Facing Changes

    We moved to a new home last fall, and we’re still settling in. The neighbors are kind and friendly but because this is a retirement community, we’re all close in age. That’s a definite change from our old neighborhood with its people of many ages. This house, though beautiful and spacious, does not have nearly as much storage room as our other house, the frustrating reason we’re still settling in. Nevertheless, we chose these changes.

     Many changes come whether we choose them or not. When that happens, we can cling to God’s promise in Romans 8:28, that he works all things together for good for those who love him. Implicit in that promise is the fact that change happens. We’d have no hope at all if we couldn’t trust God to have our best interests in mind.

    Yet, as we age, the changes we face can bring grief. Favorite landscapes are altered by the demands of new generations upon the land. Society challenges or discards the values upon which we’ve built our lives. Loved ones die. How can we come to our later years without feeling bewildered, frightened, or sad?

    When my father was almost 84, dealing with physical ailments that had trapped his vital intellect and spirit inside an increasingly helpless body, I drove him back to our hometown to see the changes happening there. We passed the place where my siblings and I had spent weeks each summer, picking strawberries. Dad had been a logger then.  After a day in the woods, he’d come home and work until dark to clear land, make a garden, improve our home and put up other buildings.

    Now, he was saddened to see that the open vistas had been replaced by a sprawling elementary school and an encroaching subdivision. Across town, near the home of old friends Minor and Myrtle Bond, a new high school replaced the trees and fields. Dad and Minor had worked together when they were young.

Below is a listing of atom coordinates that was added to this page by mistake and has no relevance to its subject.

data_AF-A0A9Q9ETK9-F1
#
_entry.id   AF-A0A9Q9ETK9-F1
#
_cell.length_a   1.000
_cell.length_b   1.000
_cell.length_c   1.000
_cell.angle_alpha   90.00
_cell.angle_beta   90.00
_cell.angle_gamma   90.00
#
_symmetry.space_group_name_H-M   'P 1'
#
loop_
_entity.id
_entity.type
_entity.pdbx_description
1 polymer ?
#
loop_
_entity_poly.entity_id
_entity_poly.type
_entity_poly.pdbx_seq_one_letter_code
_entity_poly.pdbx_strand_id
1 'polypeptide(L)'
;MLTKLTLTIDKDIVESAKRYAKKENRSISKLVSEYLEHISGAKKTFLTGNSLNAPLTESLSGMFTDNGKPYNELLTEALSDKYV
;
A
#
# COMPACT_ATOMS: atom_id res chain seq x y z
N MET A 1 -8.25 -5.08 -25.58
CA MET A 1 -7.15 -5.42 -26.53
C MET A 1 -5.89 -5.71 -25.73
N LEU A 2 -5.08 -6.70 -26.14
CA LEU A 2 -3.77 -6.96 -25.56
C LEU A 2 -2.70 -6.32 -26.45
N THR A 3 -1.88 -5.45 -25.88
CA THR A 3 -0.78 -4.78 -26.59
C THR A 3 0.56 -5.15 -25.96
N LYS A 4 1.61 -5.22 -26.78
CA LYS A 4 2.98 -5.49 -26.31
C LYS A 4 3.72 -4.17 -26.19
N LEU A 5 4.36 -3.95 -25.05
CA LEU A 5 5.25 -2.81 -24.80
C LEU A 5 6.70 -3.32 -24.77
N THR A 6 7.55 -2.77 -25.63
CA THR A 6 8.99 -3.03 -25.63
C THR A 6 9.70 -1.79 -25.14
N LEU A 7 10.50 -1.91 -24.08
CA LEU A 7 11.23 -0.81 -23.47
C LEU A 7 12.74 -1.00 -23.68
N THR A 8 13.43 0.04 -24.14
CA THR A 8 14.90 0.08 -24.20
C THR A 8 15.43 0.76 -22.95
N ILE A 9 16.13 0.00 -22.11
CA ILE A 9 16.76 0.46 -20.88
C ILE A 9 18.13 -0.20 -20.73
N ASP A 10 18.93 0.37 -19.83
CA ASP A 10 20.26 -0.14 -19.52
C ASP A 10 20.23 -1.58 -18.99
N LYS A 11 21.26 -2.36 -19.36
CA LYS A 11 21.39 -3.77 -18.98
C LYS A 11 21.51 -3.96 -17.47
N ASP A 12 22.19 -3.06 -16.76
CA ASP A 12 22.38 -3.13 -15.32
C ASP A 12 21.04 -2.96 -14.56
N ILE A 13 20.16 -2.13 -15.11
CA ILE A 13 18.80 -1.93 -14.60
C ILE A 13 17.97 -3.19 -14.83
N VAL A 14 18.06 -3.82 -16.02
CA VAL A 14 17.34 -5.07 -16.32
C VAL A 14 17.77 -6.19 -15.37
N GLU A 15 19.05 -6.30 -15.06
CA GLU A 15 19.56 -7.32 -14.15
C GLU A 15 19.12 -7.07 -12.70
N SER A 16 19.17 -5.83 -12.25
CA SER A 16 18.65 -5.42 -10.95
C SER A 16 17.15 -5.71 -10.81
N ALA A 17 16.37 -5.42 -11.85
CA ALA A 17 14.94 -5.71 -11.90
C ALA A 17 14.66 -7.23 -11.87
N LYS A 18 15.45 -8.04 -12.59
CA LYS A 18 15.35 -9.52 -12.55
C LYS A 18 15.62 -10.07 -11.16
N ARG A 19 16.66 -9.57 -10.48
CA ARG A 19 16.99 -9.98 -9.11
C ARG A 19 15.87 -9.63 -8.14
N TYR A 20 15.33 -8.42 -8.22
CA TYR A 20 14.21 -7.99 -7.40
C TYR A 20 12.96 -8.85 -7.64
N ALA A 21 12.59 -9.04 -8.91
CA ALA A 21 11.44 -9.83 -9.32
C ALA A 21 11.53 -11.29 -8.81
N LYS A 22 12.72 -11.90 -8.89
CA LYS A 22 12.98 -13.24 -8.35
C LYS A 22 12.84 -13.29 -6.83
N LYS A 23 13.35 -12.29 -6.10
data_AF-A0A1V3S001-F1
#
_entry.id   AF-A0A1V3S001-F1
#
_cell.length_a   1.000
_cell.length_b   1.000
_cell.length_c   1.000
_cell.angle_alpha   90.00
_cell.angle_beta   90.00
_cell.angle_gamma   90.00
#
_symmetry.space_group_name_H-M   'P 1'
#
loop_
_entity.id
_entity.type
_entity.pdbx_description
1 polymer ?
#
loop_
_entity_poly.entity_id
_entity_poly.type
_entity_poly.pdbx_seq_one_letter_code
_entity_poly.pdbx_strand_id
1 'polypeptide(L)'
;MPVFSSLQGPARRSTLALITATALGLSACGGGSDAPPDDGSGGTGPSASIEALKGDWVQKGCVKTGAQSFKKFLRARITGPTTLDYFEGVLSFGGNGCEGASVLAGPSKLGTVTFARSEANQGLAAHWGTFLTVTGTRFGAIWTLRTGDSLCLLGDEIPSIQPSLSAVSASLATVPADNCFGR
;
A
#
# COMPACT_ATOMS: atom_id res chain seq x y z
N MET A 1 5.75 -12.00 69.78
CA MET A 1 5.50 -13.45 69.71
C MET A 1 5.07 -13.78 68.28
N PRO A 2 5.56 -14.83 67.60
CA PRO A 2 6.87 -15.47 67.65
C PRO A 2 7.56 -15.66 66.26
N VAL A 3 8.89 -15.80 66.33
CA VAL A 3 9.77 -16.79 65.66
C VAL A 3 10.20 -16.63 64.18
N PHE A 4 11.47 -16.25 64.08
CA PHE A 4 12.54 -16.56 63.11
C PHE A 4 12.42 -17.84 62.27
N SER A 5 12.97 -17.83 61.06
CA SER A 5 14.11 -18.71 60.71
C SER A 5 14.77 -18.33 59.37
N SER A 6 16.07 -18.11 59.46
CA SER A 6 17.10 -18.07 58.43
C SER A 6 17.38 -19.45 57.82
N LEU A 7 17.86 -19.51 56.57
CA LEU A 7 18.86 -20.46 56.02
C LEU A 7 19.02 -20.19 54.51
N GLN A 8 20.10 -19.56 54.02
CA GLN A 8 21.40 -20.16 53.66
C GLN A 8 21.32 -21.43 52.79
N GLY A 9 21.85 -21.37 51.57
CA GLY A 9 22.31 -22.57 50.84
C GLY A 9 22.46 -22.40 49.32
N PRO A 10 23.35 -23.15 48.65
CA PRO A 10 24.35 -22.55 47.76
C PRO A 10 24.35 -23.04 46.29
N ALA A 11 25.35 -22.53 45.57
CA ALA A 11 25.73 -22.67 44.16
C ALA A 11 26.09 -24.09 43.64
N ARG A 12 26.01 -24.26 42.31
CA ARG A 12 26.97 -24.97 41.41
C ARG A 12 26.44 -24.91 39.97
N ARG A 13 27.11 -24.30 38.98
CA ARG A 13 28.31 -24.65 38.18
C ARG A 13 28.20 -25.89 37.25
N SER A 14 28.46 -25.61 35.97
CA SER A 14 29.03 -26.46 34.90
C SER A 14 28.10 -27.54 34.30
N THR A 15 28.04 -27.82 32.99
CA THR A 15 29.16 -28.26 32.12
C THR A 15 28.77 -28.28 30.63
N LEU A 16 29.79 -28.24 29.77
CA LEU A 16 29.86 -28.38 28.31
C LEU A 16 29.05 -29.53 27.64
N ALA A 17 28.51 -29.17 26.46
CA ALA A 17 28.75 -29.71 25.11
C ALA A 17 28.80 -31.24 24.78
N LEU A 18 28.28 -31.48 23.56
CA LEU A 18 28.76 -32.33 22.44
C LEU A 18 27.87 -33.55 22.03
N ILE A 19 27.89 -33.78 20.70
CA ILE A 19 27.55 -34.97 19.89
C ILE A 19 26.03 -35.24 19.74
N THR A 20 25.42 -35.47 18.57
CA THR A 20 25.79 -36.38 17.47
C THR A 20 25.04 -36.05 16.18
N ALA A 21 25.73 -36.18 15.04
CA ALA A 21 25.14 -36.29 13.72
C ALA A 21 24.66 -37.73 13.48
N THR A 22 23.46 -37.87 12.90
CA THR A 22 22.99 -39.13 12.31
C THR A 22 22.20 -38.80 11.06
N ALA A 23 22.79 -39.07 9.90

As we slowed to look at the new school, we recognized the bent old man crossing to his mailbox in front of us. Dad rolled down his window. Minor greeted us in the delighted, enthusiastic manner I’d forgotten, but which in an instant, swept away the intervening years. The two old friends conversed. One couldn’t walk and his voice wasn’t much more than a whisper; the other couldn’t hear very well.

    “How have you been?” my dad asked.

    “Oh, can’t complain,” Minor answered. “We’re nearly to the end of our time, you know.”

     I heard the tears behind the smile, and I wanted to say, “No, no, it’s just the beginning!” I knew that even reaching the end of one’s years on earth is a change that God in his economy means for our good. What I didn’t know was how I would feel when I reached the age of more than eighty. Would I still grieve for things I’d lost?

    Now that I’m nearly there, I know that we do mourn those things. But I also live with the faith that someday, the changes will make sense.
    I want to remember what the apostle Peter said in 2 Peter 3:10-13 about the changes that will happen when Christ comes back. The very earth and all that is in it will be burned up and replaced with new heavens and a new earth where righteousness dwells. Those who belong to Christ will be there. We can look forward to his return with joy.

    Change then will bring no regret.